If you are approaching finals of any kind, the next few weeks are inherently some of the most stressful of the entire year. When we feel like we are drowning in a sea of flashcards or getting caught up in a tornado of final paper drafts, moving smoothly through stress can feel way out of reach. Here are a handful of action steps that I will be attempting in order to conquer the stressors of finals season (and to be as relaxed as possible while doing so)!
1. Put … the books … down.
Just do it. Flip that pesky textbook closed. It will still be there for you after you take a much-needed breather, I promise. Burnout is real, and not taking breaks from studying is one of the best ways to get there. If you have a stroke of motivation, by all means, run with it! But, if you get a strange feeling that you are hitting a metaphorical wall, you are almost certainly right. “Taking a breather” is advice that can be taken literally; even ten deep breaths can get you back on track.
Speaking of breathing … there are as many ways to meditate as there are people who walk this Earth. If you are anything like me, the idea of sitting still and quieting your mind can be … unattractive. As many of us have learned, even two or three minutes of meditation at a time can decrease our stress and increase our ability to focus. The most useful advice I have received concerning meditation was to “get curious” about it. Play with it. Make it your own! For some guided meditations (they can be goofy, poignant, short, long, and everything in between), start by visiting good old YouTube.
3. Eat as though you care about your body.
We’re not necessarily talking about a massive shift in eating habits. “Intentionality” and “back to basics” are the names of this game. Eat foods that leave you feeling nourished rather than weighed down and – novel ideal here: (and one that I am still working on) if you’re not hungry, don’t eat! Our bodies are intricate machines that can either boost us through a long day in the library or slow us down to slug-pace by early afternoon. Centuries of research have shown that what we put into our bodies has a direct result on our cognitive functionality. As tempting as it is to stress-eat our way through finals, let’s be reminded that we can help ourselves out by snacking on fresh food instead. Our two-weeks-from-now selves will thank us!
4. Try these energy exercises.
I had the recent pleasure of attending a workshop led by a woman who splits her time between teaching law classes and practicing energy medicine. She shared with us the exercises in the link above and holy cow, they have revolutionized the last few stressful days. My favorite exercise, which is not included in that list, involves drawing an imaginary figure-eight between the front and back of your brain. Apparently, this action connects the rational, knowledge-filled front-brain with the “fight, flight, or freeze” (otherwise known as reptilian) back-brain. I know we all receive different benefits from exercises like these so, if you try them, I hope that they bring you a similar sense of comfort, ease, and refreshment.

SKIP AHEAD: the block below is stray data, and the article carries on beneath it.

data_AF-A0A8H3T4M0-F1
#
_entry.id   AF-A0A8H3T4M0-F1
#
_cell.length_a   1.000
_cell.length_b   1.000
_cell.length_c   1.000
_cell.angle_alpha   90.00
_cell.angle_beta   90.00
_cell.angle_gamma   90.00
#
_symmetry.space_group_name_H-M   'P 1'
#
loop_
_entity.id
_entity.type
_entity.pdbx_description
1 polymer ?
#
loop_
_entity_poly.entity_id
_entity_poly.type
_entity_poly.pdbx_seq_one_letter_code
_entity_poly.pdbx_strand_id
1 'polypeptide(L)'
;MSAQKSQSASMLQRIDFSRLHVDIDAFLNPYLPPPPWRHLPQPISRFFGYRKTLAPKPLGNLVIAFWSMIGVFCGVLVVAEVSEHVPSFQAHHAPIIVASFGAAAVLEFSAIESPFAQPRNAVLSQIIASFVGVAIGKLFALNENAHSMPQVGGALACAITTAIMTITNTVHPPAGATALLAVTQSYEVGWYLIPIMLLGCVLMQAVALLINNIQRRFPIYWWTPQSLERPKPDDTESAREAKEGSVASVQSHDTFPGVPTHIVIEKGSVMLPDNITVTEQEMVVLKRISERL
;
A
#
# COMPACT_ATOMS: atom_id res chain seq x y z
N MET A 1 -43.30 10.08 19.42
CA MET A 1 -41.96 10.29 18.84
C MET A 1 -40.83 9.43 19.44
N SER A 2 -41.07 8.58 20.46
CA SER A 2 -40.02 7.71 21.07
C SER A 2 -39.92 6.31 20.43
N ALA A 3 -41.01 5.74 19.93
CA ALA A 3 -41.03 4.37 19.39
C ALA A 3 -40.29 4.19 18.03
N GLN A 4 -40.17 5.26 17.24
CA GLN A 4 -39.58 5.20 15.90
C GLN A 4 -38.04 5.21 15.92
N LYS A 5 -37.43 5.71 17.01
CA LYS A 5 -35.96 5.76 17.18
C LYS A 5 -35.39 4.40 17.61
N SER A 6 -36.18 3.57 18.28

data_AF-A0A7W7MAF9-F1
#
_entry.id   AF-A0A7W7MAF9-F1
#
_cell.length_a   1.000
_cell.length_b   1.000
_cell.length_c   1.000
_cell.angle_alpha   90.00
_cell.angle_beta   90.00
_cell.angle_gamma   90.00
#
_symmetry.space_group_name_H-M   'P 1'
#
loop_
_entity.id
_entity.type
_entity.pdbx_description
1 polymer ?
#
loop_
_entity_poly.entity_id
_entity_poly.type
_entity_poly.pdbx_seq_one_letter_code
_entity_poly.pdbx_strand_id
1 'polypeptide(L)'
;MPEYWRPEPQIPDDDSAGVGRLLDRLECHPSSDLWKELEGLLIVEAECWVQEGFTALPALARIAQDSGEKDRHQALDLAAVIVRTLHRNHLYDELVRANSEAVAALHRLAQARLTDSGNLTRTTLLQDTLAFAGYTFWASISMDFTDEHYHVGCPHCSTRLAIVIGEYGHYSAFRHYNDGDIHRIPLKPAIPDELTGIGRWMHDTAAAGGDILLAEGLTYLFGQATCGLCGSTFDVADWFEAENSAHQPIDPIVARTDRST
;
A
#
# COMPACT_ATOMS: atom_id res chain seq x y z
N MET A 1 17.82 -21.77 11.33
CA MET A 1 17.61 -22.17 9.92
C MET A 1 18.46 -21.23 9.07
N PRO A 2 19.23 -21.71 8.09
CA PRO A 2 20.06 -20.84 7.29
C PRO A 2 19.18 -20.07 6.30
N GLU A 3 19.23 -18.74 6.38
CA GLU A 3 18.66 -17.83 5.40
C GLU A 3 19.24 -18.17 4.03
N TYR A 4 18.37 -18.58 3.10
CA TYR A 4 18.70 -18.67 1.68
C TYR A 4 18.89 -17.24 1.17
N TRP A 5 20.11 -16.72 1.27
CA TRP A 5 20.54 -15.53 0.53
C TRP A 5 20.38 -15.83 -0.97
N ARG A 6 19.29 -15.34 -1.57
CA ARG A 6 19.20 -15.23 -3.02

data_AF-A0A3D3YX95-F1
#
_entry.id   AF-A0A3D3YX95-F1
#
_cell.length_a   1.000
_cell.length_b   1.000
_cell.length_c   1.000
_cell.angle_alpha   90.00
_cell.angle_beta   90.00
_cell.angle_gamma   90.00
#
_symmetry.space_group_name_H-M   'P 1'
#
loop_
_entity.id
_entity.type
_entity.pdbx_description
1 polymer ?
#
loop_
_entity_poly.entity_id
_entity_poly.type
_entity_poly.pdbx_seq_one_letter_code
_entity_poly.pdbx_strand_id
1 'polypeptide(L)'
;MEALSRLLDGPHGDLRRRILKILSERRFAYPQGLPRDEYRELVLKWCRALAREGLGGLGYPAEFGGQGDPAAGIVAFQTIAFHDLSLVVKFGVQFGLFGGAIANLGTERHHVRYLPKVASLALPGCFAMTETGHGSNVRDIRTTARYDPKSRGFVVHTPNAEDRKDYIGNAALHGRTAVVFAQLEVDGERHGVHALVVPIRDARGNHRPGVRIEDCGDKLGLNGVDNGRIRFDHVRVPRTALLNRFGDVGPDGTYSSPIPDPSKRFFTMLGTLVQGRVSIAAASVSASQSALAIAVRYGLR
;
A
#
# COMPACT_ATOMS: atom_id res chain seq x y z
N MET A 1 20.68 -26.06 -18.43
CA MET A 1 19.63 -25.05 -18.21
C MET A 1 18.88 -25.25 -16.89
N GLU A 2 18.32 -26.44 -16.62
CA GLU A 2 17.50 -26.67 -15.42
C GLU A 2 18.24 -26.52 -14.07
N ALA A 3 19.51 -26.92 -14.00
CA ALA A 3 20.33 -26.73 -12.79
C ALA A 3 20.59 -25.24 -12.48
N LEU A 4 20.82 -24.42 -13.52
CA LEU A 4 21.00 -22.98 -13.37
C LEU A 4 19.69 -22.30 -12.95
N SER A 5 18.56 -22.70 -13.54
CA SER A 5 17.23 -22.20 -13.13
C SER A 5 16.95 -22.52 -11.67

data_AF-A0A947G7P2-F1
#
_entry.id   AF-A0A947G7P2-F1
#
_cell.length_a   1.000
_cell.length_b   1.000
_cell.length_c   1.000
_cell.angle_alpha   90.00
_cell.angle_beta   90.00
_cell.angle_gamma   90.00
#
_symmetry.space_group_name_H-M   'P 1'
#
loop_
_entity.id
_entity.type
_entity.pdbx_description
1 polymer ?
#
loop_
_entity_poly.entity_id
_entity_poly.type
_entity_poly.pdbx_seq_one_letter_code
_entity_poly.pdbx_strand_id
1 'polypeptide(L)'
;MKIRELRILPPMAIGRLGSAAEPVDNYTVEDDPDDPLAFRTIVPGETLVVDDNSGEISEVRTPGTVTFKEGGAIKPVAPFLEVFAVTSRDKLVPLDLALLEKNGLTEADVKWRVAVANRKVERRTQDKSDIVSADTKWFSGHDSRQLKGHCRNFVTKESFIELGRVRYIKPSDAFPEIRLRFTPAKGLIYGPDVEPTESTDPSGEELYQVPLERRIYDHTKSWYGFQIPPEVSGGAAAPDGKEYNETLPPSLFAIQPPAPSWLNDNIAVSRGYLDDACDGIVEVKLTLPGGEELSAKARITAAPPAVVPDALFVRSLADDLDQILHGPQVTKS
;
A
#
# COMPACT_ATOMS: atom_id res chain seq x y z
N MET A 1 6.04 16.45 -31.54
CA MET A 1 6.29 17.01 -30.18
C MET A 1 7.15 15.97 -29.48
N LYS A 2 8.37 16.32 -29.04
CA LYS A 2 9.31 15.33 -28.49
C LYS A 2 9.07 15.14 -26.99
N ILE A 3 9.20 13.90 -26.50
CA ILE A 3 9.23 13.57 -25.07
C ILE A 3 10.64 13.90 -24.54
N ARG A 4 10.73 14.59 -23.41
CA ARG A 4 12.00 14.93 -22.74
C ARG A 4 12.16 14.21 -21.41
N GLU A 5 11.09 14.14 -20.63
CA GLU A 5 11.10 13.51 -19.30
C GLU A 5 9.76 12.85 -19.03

5. Talk to people who live in a different world.
We spend so much time in our classes and offices, wrapped up in our day-to-day projects. Fortunately, there is a world full of people who are interested in and passionate about completely different things. While this can be a source of conflict, especially on miles-long Facebook comment threads, it is also a huge blessing. Instead of believing that the work we are doing is all that matters, let us – again – take a breather and get curious about the work being done by others. To get out of our own head is (hopefully) to be reminded that our upcoming exams are a mere blimp on the life radar.
6. Break a sweat.
Gyms are amazing! They are also not the only place where you can get your heart rate up and release some stress. Up here in Maine, as we prepare to be semi-permanently buried in snow, I will take almost any chance I can get to go for an outdoor run. Easy, moderate, and difficult hikes are also a great option. I love the (free!) app Nike Running Club – it provides dozens of workouts which vary in length and intensity. All you’ve got is ten spare minutes? Sounds good! There are multiple options for getting in your endorphin release before getting back to the books.
7. Laugh it off.
Are you feeling like not much humor is left in this cruel, finals-filled world? Fortunately, there are people who build their career around trying to make us laugh. Whether or not you are having a hard time getting goofy on a regular basis, check out some professional laugh-givers: Louis CK, Iliza Shlesinger, pretty much the entire SNL cast, anyone who creates silly cat videos, etc. (Alright, that last category of people may not be professionals in the field… but they should be!) Still not convinced that ha-ha-ha’ing will help all that much? Take a peek at what Mayo Clinic has to say about laughter’s magical powers.
8. Go to bed!
We all know this one. The amount of sleep required varies from person-to-person, but the benefits are invaluable. My mom recently reminded me that while we sleep, our brains are working hard to (in non-scientific terms, of course) organize all of the information we are storing so that we can be as productive as possible in our waking hours. It is like we have a personal office assistant built into our heads! How awesome is that?! Our only job is to let our head hit the pillow so that it can go to work! For science that is more solid than a conversation between two non-sleep experts, check out this short, yet information-packed article published by the University of Georgia.
Good luck, fellow-students! May the curve be ever in your favor.
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